November 12, 2013

How You Should Be Thinking About Film Festivals: Interview with CIFF Head Programmer Ben Fowlie

Film festival programmers -- those enigmatic figures in a dark screening room who decide the fate of so many films with one push of the eject button. Ever wonder who they are, and how they decide what films to program? Ben Fowlie, the Executive Director and Head Programmer of Camden International Film Festival was cool enough to sit down with NFS over Skype and give us a rare glimpse into the inner workings of his film festival. Continue on to check out our video interview.

For the past ten years, Ben Fowlie has been building Camden International Film Festival from the ground up. Today, along with its Points North forum, it is considered one of the top 25 best doc film festivals in the world! Ben spoke with us about everything from the art of programming features versus shorts, to the cutting edge trends in experimental doc filmmaking. Listen to what he has to say about being the managing force behind a top film festival:

One interesting thing Ben points out about programming is that it's not simply about pulling the best 30 feature films off the pile. If you're wondering what festivals your film might get in to, remember it's about creating a cohesive theme, where films have something in common that creates a through-line for that film festival goer. Knowing what festivals cater to what audiences is key. Here's a look at what Camden International Film Festival feels like to their audience:

I asked Ben to name a few documentaries that he thinks are pretty great but we might not have heard about. So here's a shortlist, plus a few he mentioned in the interview, for our very own curated No Film School program of interesting trailers:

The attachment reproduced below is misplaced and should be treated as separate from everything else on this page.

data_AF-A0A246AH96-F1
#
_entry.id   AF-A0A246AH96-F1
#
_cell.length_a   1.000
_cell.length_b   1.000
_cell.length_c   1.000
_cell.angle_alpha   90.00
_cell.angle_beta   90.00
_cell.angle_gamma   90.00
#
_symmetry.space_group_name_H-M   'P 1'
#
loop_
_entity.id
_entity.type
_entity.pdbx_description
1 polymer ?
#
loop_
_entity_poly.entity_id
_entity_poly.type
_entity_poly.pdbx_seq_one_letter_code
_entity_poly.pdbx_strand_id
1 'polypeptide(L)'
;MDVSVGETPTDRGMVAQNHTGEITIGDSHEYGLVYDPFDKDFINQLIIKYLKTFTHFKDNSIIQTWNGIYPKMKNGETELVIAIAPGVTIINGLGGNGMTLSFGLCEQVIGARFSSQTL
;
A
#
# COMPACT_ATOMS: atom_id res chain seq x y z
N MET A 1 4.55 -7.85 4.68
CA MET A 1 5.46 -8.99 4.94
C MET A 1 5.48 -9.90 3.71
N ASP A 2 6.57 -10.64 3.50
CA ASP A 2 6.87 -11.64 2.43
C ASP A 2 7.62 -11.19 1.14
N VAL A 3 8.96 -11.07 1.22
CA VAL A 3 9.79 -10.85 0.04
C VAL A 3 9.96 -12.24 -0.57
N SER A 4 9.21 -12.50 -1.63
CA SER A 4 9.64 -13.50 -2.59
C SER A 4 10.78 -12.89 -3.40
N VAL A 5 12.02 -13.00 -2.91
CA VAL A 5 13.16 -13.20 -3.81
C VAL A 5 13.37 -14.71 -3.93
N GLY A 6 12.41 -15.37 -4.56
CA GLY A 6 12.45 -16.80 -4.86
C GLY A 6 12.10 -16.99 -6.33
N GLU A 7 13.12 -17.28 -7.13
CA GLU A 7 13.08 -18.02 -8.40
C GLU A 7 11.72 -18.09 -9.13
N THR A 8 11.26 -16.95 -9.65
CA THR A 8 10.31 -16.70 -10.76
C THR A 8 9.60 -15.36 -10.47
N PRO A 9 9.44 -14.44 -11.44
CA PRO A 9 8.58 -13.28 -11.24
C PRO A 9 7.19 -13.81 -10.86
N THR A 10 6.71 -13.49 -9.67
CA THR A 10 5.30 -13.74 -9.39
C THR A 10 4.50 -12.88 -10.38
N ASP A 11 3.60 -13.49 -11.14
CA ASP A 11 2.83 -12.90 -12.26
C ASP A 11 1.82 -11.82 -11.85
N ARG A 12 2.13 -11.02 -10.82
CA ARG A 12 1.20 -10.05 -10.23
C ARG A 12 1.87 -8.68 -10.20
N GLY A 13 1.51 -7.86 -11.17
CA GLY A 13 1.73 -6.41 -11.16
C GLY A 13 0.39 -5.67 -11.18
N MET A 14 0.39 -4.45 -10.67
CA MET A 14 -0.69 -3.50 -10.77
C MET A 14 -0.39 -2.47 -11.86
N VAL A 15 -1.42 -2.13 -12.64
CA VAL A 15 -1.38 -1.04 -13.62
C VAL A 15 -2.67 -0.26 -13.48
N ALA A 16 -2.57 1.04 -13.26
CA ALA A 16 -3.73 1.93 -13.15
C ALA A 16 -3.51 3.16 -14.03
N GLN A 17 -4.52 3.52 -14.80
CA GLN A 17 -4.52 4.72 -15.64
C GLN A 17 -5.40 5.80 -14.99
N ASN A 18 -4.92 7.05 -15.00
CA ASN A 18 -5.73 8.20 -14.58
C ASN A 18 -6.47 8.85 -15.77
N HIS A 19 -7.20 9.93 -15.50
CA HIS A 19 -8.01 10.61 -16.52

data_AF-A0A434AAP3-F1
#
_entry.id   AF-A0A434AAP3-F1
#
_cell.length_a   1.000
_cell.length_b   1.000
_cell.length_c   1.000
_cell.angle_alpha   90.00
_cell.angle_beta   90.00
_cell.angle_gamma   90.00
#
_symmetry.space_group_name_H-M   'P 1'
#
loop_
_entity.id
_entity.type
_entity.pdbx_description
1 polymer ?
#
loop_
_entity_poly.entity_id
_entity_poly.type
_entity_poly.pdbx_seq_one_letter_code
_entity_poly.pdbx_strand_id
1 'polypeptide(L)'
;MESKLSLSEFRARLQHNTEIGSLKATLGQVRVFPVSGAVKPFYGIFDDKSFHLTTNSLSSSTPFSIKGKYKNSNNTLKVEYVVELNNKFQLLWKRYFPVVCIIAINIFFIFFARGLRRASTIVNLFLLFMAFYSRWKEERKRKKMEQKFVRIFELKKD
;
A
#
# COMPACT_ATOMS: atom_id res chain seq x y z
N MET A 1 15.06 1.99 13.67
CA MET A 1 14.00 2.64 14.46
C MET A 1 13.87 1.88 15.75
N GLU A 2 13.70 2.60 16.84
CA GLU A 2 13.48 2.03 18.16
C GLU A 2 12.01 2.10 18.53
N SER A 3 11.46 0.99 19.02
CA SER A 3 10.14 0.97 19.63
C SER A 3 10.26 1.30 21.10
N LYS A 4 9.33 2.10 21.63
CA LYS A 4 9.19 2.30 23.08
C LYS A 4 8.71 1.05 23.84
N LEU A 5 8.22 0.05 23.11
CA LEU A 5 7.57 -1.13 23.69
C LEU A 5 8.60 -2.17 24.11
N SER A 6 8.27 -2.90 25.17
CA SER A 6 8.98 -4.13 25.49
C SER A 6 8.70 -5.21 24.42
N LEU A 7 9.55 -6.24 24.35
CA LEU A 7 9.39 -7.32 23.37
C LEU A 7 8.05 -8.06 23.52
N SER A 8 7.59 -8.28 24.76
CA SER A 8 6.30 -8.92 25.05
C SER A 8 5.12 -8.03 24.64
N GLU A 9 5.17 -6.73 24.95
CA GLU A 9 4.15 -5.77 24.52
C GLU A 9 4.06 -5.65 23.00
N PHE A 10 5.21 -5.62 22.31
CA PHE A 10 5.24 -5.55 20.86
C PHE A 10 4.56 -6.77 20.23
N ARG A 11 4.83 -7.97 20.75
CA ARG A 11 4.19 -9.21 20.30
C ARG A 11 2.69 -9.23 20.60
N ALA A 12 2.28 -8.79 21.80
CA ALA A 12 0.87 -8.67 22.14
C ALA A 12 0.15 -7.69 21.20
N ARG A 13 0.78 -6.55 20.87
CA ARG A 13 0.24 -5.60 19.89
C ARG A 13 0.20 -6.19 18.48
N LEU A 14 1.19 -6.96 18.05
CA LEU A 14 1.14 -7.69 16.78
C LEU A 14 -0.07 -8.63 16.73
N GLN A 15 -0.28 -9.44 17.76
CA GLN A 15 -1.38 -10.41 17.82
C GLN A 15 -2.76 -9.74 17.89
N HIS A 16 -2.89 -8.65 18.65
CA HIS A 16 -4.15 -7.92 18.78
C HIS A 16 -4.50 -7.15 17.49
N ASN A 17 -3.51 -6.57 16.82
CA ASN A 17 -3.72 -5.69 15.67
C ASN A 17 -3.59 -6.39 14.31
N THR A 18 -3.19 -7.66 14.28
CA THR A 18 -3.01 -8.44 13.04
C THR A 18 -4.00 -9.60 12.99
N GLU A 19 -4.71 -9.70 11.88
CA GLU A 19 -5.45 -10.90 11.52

Expedition to the End of the World -- Because Ben is fascinated by the work coming out of Denmark right now.

Caucus -- AJ Schnack's latest film with phenomenal access to the 2012 GOP primary race.

Pablo's Winter -- Because the Scottish Documentary Institute is always coming out with cool, new things.

Our Nixon -- No Film School interviewed both Director Penny Lane and Producer Brian Frye!

Public Hearing -- All black & white 16mm close-ups of a script taken entirely from an audio transcript of a town hall meeting.

Do you have behind-the-scenes experience at a film festival? What festival have you been to as an audience member where you were impressed by the cumulative curation?

Links:

Your Comment

9 Comments

Take a while to watch these. Does he say which festivals are for what types of movies?

November 12, 2013

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moebius22

He doesn't.

November 12, 2013

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moebius22

Nope, Ben is speaking about his experiences specifically at CIFF. Not a bad thought though - I'll keep it in mind for a future article if I can compile that kind of breakdown.

November 15, 2013

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Oakley Anderson-Moore
Writer
Director/Editor

I can't say that I'm behind the scenes of any festival... But I've certainly heard and seen some interesting patterns in almost every fest (some of whom were stories from friends working there).
Here's a few random things I've been told:
- politics abound. Sometimes your name, your look and your attitude alone will get you attention.
- programmers really do want your film to kick ass... Sadly most don't.